⁵ Frenchmen.


  1. A bad night for sleep and the never-ending pursuit of food.

  2. Thanks for the link to the French version of The Long Roll. It's amazing to me how many drum calls and bugle calls soldiers had to memorize. And how quickly. One has to wonder how many mistakes were made because people heard the drums for a different regiment and thought it was for them?

    "Stirabout"- the Brit version of "skillygalee" (if you were Federal) or "coosh" (if you were Confederate). Better than no food. But, Lord help them, no coffee!

    Again, an excellent piece of writing, putting the dear reader in the midst of the muddle.

    1. Wow, I knew about "coosh" but "skillygalee" is new to me. I so enjoy learning new stuff.

      In Colonel John Elting's Swords Around a Throne (great book BTW) he talks of the French trying to make use of Saxon cavalry horses they had captured. The Saxon steeds didn't know the French bugle calls so he said they thundered around amidst the sound of meaningless tootling, to them anyway.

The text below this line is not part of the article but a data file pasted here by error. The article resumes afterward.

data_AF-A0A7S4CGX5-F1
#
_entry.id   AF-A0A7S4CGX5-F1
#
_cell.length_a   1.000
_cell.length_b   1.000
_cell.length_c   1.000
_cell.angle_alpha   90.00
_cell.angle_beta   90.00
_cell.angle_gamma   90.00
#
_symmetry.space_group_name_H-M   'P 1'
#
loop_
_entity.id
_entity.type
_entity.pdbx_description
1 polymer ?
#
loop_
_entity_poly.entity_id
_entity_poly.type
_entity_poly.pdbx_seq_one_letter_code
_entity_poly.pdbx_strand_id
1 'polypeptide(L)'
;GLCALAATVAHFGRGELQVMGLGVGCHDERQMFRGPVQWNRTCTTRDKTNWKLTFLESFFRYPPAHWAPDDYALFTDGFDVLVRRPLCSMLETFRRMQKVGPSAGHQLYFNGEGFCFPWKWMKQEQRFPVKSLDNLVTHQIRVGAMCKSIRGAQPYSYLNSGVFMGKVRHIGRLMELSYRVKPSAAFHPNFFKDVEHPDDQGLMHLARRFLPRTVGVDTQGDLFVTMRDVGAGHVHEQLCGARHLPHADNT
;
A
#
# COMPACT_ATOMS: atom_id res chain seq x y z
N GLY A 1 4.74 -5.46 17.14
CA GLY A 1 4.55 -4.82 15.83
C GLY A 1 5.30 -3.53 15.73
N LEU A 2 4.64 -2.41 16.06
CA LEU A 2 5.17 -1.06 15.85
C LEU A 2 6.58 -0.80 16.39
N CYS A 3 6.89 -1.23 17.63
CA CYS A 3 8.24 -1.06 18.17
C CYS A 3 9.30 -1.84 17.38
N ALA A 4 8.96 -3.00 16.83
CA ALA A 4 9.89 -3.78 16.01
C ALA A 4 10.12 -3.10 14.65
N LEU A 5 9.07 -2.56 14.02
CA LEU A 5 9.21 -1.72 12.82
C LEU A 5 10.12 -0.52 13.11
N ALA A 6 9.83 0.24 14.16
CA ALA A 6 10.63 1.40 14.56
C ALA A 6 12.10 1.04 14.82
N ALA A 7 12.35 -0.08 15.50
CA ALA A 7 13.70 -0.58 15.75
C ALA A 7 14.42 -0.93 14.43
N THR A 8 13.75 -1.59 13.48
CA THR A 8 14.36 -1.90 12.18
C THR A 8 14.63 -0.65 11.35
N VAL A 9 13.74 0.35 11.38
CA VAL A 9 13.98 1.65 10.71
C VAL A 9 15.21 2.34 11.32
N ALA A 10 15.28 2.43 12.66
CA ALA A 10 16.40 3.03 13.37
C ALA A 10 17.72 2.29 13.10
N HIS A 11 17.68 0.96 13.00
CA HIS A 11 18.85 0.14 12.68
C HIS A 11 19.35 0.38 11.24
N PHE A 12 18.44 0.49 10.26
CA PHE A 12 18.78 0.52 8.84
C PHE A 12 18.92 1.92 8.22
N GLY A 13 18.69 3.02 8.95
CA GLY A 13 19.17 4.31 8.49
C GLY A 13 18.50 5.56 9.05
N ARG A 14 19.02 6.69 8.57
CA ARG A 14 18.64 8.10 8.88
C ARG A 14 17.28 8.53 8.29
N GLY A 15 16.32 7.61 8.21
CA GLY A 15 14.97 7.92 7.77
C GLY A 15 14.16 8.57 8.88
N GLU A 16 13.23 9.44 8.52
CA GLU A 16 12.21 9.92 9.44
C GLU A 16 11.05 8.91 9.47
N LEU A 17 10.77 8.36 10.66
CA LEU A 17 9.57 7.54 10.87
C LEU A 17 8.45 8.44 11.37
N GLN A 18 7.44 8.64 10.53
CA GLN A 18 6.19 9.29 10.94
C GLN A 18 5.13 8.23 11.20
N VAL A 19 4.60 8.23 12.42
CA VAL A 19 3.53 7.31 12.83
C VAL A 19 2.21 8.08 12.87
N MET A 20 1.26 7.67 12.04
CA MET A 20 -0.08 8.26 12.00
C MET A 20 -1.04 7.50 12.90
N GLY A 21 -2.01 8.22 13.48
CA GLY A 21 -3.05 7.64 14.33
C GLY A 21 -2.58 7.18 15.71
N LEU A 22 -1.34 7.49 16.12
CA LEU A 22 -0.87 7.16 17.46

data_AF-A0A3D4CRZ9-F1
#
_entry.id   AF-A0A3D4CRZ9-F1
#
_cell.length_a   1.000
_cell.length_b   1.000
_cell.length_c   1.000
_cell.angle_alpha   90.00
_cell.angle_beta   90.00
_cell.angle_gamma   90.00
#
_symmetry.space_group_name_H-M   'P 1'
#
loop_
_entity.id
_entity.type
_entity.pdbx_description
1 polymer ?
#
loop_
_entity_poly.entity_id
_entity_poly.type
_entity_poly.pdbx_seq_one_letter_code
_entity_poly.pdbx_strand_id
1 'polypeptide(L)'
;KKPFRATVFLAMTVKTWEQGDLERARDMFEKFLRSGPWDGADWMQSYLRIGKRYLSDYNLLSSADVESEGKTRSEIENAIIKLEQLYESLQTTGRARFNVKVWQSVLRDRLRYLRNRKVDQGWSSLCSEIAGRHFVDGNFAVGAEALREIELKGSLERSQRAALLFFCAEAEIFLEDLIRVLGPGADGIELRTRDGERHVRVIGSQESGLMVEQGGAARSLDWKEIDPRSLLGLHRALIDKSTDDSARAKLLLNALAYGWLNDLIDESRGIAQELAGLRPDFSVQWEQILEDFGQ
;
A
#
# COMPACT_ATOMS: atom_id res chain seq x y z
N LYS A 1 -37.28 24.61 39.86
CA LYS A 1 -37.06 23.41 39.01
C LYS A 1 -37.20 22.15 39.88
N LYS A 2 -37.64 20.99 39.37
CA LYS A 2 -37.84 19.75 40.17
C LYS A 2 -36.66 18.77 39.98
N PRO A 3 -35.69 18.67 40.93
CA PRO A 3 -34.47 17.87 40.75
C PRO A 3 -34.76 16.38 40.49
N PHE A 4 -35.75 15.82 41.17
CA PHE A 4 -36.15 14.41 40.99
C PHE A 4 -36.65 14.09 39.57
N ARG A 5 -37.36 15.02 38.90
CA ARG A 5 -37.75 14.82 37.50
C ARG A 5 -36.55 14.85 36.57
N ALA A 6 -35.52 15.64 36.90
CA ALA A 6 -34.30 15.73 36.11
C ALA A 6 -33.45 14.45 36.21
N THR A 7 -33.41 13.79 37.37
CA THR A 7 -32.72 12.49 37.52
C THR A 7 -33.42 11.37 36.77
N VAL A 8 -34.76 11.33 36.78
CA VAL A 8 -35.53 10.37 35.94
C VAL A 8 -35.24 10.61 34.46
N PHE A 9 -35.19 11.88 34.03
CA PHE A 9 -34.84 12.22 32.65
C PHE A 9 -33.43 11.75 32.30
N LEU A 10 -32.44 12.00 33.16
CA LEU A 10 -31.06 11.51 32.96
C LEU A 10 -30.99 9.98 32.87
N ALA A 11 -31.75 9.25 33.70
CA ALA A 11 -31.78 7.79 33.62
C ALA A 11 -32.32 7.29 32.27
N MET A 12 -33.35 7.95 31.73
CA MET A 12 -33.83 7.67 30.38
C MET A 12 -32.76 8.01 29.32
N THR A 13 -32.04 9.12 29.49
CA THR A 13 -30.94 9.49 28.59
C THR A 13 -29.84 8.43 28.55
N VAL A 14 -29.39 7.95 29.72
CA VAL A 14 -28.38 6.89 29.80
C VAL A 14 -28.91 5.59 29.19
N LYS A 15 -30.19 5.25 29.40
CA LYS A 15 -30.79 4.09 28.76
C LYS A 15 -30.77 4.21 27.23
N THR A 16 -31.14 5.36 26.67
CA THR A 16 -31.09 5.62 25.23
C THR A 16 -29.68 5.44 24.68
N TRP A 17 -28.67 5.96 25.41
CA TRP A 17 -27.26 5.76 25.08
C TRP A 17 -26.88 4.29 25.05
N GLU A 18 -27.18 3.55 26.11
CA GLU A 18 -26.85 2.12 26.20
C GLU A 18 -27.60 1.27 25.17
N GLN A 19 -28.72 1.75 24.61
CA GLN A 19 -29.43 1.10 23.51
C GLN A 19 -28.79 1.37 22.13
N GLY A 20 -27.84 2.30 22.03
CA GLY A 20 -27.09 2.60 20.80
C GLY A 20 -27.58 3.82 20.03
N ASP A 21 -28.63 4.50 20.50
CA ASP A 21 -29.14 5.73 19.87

Constant exposure to both bugle and drum calls and soon you know which is which. But yeah, hearing another regiment's calls could ball things up. (On the drill pad at Yokota AB in Japan, I was asked to lower my voice as a flight fifty yards away was executing my commands, not their own sergeant's. Heh. So yes, I got louder.)

    2. At one War of 1861 reenactment we were going through cannon drill. Our S'ar Major came over and politely asked me to lower my voice as the commands I was giving my crew were being done by the 3rd gun to my right - which put them out of sync with what their Chief of Piece was telling them.